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How I Write by LM Dillsworth

My writing process

I do most of my writing late at night. I usually start around 9pm or a little later and stop in the early hours. I begin with the outline of a particular scene – always written longhand – and then use that as my guideline to get the words down. If it’s the first time I’m writing about a setting I’ll often sketch it out to help visualise it. I workshop as much as possible and often record myself reading what I’ve written to make sure I’m happy with the flow of it. The most important part of my process is probably my set of notebooks. I buy three at the start of a new project, Leuchtturm 1917s if you’re interested, and always with blank pages.

Team Planner

I’m a natural planner – the sort of person who has a spreadsheet to schedule down time on holidays – but in my writing life I started out as a pantser. Looking back, I think there were a couple of reasons for this. I saw writing as something wholly creative and the idea of planning for something I associated with freedom and originality and experimentation felt wrong. I’m also quite impatient so there was that, but maybe there was something of fear too. When you have a flash of inspiration, it can feel so uplifting. I used to worry that if I interrogated my ideas too much, they might prove lacking in substance and I’d never get started or that if I spent too much time figuring out my rising action and reversal it would weigh my ideas down and they’d never get off the ground. I have a few false start novel openings that prove that these anxieties were probably justified, but if your idea isn’t working how much better to find out at the planning stage then after you’ve written 10-20,000 words? Having to abandon something at that stage feels heart breaking but if I’ve only got some diagrams and bullet points, I feel more able to walk away.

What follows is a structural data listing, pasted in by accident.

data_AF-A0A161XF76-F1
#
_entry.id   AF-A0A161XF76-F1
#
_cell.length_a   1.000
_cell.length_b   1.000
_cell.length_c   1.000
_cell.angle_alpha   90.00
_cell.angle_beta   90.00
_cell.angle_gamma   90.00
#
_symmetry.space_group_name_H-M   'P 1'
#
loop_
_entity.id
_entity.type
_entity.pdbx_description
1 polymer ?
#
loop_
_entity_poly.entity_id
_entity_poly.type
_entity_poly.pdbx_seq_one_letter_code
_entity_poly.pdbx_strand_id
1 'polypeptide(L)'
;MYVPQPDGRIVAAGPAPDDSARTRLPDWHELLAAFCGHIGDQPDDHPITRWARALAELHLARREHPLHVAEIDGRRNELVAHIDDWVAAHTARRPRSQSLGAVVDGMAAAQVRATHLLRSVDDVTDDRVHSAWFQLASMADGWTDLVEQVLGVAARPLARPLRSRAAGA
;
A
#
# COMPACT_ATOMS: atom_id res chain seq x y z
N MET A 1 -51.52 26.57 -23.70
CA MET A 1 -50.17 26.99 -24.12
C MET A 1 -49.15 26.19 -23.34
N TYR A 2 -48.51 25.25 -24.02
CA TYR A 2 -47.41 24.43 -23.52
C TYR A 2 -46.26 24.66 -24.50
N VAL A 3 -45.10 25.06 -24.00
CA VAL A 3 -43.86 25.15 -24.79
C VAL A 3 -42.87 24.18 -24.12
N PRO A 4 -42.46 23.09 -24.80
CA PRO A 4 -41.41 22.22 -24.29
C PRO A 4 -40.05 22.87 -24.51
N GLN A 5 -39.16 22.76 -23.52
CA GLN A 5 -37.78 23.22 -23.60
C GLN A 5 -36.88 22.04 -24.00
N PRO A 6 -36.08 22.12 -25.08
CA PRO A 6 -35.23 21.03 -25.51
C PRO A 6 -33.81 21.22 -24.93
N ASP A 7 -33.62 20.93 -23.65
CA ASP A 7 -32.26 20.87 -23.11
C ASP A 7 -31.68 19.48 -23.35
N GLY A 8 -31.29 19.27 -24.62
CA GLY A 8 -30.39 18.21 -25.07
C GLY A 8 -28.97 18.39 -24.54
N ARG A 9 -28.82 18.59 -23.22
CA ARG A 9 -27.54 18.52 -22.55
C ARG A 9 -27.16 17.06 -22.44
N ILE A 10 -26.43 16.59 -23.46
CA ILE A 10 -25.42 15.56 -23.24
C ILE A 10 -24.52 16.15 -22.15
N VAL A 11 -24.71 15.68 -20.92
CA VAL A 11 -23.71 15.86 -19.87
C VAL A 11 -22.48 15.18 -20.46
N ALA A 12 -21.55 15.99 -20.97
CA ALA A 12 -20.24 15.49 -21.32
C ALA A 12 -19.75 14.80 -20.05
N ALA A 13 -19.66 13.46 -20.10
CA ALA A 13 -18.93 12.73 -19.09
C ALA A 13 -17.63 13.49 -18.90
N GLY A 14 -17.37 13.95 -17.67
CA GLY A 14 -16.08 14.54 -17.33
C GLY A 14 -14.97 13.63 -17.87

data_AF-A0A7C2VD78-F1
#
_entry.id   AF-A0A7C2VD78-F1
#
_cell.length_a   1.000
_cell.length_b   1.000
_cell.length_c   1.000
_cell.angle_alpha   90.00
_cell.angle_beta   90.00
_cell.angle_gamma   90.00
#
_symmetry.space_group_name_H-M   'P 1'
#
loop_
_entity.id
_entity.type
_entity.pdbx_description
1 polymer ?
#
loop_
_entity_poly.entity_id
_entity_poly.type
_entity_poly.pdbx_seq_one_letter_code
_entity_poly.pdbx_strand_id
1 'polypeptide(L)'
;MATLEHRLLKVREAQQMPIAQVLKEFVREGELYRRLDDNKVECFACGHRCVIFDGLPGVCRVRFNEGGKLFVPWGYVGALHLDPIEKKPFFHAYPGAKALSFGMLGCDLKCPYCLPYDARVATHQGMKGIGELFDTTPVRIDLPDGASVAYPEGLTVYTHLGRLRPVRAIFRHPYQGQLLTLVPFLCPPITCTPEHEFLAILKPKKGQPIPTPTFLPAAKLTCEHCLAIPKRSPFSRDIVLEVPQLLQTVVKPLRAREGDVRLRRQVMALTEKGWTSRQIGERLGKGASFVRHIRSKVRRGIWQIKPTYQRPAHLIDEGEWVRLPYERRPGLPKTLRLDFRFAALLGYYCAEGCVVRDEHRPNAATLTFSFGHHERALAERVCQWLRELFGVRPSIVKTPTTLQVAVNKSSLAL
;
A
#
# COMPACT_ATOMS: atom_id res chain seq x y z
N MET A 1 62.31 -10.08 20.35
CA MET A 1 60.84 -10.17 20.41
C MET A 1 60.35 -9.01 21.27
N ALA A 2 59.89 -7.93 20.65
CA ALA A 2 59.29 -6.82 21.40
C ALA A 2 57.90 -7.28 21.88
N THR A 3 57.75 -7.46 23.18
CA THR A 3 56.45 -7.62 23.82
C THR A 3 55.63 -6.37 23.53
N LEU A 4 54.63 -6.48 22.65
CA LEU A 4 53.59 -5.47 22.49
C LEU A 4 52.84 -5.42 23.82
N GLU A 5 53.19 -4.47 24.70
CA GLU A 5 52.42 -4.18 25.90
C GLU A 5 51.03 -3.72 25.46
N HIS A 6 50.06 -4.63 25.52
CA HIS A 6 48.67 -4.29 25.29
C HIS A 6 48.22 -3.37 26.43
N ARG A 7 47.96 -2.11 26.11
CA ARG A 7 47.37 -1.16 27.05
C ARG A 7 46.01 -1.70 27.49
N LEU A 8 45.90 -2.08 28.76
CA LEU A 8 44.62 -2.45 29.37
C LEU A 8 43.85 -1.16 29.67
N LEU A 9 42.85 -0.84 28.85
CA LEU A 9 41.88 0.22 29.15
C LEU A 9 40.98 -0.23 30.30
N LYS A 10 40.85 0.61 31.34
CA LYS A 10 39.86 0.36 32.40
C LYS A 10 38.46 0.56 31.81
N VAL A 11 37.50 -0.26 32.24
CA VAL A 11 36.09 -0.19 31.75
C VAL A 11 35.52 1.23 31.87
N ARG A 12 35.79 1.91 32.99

As you can probably tell, I’ve come a long way in terms of my writing process and am now firmly in the Planner camp where I belong. If you’re not sure which approach suits you best, yet, or you’ve not tied your colours too firmly to the Pantser mast, here are some reflections on why you might want to consider Team Planner.

It helps you make the most of your time

I work full-time so it can be a struggle to carve out space for my writing. Having a plan means that whenever I manage to snatch a moment for my latest project, I don’t have to think about what I want to say or what my characters should be doing. I can dive right in because I’ve sketched an outline of every scene in advance. Before I embraced my inner Planner I often felt guilty about wasting the little writing time I had, especially if I was tired or lacking in inspiration. And having a few bullet points on what will happen means no sitting down to a blank page either. Bonus.

You can make progress even when you don’t feel like writing

Sometimes I know I should write, or I want to but for whatever reason the words aren’t coming. Planning is my fall back. Being able to map out a scene, write notes on a character’s motivations, sketch out what a scene setting looks like means I can still feel like I’m pushing forward even if I haven’t increased my word count. Better still, when I am ready to write I’m that much closer to being able to get what I want down on the page.

It makes editing so much easier

When you’re in the weeds of a first draft, getting to the end feels so far away that the thought of worrying about the editing phase feels laughable but when you get there, a plan makes all the difference, even if you’ve made changes along the way. Having a three-line description of each of your chapters makes structural changes feel that much more manageable and it’s great to have a reference you can check back against to see if all the aspects of your plan have made it onto the page.

Hopefully that’s persuaded you of some of the merits of being a Planner, and maybe you’ll give it a try. The most important thing though is that whatever your process is, it works for you, and if it doesn’t you’re willing to change it. Happy writing.